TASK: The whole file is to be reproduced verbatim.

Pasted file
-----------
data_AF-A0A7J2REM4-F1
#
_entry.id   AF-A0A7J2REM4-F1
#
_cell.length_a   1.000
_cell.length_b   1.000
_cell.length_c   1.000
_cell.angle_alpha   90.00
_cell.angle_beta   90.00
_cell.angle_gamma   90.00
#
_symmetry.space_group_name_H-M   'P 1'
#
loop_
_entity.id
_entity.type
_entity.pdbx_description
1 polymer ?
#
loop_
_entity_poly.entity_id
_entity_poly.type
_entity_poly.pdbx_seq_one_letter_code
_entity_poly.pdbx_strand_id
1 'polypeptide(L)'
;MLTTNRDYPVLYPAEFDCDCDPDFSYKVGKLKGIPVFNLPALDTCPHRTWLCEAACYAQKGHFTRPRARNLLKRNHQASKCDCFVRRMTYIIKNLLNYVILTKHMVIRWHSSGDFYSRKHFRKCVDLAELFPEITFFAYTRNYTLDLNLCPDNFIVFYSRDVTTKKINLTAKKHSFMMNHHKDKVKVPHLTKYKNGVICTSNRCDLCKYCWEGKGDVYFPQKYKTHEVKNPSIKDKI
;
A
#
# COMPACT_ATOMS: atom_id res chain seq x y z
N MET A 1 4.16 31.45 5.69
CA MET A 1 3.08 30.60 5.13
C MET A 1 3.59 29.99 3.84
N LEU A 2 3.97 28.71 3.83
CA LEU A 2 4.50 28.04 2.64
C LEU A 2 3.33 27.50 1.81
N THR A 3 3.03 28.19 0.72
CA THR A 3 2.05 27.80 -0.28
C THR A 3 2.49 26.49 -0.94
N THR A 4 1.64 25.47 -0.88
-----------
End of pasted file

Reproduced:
data_AF-A0A7J2REM4-F1
#
_entry.id   AF-A0A7J2REM4-F1
#
_cell.length_a   1.000
_cell.length_b   1.000
_cell.length_c   1.000
_cell.angle_alpha   90.00
_cell.angle_beta   90.00
_cell.angle_gamma   90.00
#
_symmetry.space_group_name_H-M   'P 1'
#
loop_
_entity.id
_entity.type
_entity.pdbx_description
1 polymer ?
#
loop_
_entity_poly.entity_id
_entity_poly.type
_entity_poly.pdbx_seq_one_letter_code
_entity_poly.pdbx_strand_id
1 'polypeptide(L)'
;MLTTNRDYPVLYPAEFDCDCDPDFSYKVGKLKGIPVFNLPALDTCPHRTWLCEAACYAQKGHFTRPRARNLLKRNHQASKCDCFVRRMTYIIKNLLNYVILTKHMVIRWHSSGDFYSRKHFRKCVDLAELFPEITFFAYTRNYTLDLNLCPDNFIVFYSRDVTTKKINLTAKKHSFMMNHHKDKVKVPHLTKYKNGVICTSNRCDLCKYCWEGKGDVYFPQKYKTHEVKNPSIKDKI
;
A
#
# COMPACT_ATOMS: atom_id res chain seq x y z
N MET A 1 4.16 31.45 5.69
CA MET A 1 3.08 30.60 5.13
C MET A 1 3.59 29.99 3.84
N LEU A 2 3.97 28.71 3.83
CA LEU A 2 4.50 28.04 2.64
C LEU A 2 3.33 27.50 1.81
N THR A 3 3.03 28.19 0.72
CA THR A 3 2.05 27.80 -0.28
C THR A 3 2.49 26.49 -0.94
N THR A 4 1.64 25.47 -0.88